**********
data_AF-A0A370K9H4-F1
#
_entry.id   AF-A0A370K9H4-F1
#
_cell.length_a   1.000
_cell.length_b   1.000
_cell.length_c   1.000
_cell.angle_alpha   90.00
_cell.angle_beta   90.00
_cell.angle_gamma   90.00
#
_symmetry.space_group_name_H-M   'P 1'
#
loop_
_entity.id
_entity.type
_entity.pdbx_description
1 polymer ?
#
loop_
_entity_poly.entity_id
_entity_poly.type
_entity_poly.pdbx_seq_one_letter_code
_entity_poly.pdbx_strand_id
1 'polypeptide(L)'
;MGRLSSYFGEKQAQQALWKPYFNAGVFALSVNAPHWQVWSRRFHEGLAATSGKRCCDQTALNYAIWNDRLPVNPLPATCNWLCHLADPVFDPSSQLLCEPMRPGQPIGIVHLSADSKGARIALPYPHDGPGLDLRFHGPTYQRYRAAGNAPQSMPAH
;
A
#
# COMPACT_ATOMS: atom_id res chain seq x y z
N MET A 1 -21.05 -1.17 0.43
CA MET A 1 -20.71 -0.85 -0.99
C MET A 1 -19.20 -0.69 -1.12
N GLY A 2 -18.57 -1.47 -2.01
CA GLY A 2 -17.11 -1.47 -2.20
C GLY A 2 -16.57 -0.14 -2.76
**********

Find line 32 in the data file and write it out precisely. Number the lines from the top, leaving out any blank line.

CA MET A 1 -20.71 -0.85 -0.99